Multidisciplinary French architect and urban planner Odile Decq has been selected to lead an almost entirely female judging panel in next year’s Royal Institute of British Architects’ (RIBA) International Prize.
The recipient of the Architizer’s Lifetime Achievement Award in 2017, Decq is know for her pioneering work, as well as her contributions to the debate on architecture. She is best known for her early work on La Banque Populaire de l’Ouest in Rennes, Frances.
She is joined by founding principal and partner of Studio Gang and Harvard Graduate School of Design professor Jeanne Gang. Gang was named one of TIME Magazine’s most influential people for 2019.
Fellow jurists ES Devlin, artistic director for the upcoming 2020 London Design Biennale and designer behind the UK pavilion at The World Expo 2020, and Rossana Hur, partner of Shanghai-based Neri&Hu and U.S Interior Design Hall of Fame inductee, round out the list together with the lone male, Gustavo Utrabo, the 2018 RIBA International Prize and RIBA International Emerging Architect prize winner.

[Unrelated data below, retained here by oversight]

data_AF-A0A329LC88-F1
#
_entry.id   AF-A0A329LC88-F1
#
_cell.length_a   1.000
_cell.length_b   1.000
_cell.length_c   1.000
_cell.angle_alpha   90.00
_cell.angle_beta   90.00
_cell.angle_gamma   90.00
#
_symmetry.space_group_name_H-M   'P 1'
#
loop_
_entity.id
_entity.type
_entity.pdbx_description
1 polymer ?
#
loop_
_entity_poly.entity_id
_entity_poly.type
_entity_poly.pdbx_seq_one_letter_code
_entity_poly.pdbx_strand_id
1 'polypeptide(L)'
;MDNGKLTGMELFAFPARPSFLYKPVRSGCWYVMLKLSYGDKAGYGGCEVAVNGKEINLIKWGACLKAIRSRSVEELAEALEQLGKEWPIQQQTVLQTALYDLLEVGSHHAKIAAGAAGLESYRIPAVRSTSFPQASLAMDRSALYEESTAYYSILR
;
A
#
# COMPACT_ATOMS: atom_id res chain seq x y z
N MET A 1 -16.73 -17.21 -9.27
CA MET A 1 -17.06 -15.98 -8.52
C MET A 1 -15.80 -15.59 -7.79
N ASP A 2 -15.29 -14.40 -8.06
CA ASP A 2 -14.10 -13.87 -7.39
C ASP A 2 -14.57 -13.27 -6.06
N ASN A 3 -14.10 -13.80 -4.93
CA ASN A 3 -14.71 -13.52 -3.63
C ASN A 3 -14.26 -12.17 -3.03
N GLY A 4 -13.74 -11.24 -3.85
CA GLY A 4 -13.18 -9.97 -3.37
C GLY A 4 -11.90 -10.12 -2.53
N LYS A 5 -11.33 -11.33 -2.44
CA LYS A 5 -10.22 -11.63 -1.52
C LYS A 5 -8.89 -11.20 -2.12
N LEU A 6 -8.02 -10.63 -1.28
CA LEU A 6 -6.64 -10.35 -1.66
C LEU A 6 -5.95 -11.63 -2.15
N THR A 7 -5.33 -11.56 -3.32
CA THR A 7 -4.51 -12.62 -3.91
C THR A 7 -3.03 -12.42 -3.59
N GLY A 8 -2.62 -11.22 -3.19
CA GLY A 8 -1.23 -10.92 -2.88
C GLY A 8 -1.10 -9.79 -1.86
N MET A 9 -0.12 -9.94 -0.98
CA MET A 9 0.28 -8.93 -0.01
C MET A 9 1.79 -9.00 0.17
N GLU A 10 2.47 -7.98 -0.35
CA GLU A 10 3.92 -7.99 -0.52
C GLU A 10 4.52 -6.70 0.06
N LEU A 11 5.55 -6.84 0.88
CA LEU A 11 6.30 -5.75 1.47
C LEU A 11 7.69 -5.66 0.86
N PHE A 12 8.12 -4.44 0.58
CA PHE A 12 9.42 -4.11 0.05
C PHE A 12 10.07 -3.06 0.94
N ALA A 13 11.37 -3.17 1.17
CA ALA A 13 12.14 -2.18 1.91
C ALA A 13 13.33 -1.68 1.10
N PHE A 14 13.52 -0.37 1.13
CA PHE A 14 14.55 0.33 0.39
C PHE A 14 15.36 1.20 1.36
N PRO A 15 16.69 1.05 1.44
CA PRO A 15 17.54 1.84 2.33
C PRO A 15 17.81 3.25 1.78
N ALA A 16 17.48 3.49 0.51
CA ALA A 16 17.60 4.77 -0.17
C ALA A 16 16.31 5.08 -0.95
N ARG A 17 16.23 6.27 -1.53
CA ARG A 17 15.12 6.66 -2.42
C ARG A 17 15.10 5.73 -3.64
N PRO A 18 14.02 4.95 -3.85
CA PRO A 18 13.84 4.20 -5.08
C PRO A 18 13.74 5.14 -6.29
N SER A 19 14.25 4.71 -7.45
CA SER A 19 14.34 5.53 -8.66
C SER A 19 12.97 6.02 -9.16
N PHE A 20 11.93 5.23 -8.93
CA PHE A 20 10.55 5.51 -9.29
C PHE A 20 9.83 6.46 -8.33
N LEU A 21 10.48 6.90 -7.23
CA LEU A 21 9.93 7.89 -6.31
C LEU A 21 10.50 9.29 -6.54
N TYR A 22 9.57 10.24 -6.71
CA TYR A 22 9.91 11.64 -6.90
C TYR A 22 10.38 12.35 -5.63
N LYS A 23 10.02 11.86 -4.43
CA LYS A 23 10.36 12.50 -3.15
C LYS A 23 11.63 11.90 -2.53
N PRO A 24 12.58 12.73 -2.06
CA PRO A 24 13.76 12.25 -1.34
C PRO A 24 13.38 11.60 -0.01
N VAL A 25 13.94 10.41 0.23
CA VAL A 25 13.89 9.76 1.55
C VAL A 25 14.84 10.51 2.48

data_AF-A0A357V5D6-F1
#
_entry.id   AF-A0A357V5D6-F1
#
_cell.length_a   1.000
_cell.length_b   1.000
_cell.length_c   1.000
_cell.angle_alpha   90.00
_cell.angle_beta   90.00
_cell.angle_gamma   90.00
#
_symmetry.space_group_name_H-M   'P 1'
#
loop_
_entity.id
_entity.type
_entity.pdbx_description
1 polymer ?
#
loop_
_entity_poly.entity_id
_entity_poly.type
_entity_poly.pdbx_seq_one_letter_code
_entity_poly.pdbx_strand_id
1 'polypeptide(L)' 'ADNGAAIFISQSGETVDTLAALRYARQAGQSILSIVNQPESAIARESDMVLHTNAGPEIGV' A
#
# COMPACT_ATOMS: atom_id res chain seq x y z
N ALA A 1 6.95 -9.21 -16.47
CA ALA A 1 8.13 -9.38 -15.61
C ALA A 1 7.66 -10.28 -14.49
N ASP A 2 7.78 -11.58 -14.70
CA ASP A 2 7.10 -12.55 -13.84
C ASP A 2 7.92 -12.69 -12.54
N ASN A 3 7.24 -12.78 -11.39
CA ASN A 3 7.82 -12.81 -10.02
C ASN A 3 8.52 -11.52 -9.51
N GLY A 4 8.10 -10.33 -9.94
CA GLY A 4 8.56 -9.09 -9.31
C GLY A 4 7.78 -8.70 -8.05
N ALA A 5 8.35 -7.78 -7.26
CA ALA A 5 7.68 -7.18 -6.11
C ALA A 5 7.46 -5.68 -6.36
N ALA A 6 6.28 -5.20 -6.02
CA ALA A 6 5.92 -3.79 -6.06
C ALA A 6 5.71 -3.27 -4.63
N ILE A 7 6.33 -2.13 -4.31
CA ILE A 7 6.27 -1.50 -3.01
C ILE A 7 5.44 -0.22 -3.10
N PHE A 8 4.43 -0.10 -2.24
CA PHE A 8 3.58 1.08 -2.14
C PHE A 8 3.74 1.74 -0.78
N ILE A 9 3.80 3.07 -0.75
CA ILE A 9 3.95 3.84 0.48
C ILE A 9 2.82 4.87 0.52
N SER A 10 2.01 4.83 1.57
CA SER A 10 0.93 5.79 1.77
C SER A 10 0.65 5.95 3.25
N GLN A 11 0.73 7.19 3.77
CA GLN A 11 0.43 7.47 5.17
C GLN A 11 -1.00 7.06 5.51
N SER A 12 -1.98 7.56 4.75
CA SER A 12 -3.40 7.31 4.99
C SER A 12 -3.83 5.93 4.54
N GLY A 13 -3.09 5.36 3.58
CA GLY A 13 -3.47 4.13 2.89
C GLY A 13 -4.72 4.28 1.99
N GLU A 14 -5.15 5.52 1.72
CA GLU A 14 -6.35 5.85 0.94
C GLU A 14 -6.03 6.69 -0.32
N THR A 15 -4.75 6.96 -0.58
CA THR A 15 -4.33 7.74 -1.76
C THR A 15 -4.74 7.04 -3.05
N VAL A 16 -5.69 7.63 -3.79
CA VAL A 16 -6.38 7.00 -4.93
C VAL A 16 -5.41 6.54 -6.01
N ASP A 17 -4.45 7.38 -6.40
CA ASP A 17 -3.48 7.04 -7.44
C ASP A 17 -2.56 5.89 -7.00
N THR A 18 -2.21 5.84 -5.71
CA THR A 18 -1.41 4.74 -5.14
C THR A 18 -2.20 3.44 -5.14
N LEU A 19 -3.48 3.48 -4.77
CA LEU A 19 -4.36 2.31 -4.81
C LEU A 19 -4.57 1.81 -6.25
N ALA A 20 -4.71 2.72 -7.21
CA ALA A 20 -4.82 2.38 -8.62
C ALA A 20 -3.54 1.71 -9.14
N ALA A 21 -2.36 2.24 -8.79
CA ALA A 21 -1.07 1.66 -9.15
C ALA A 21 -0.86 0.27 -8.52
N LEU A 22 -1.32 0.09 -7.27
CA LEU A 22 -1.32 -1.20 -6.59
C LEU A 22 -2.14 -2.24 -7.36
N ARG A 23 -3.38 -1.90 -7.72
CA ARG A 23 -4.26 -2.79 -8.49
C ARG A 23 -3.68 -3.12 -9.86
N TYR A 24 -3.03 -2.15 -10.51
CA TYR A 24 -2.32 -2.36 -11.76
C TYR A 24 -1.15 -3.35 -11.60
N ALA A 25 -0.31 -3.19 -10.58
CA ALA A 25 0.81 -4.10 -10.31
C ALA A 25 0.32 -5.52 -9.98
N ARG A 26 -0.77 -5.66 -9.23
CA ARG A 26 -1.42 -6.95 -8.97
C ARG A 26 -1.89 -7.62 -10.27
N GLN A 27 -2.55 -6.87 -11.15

Entries for the RIBA International Prize close on 31 October. Any qualified architect can enter any building anywhere in the world, excluding the UK, of any size or type of budget. The four shortlisted projects are visited by two expert panels, with the Grand Jury visiting in person before selecting a winner.
The biennial awards celebrate buildings that exemplify design innovation, embrace sustainable technologies and deliver meaningful social impact.
Past Australian winners include John Wardle Architects for Captain Kelly’s Cottage. This private residence sits perched on an exposed cliff edge on Bruny Island, Tasmania facing the Southern Ocean. Built in the 1840s for the renowned Mariner, its 2016 renovations offer a contemporary interpretation and explanation of the original vernacular, earning the project the RIBA Award for International Excellence 2018.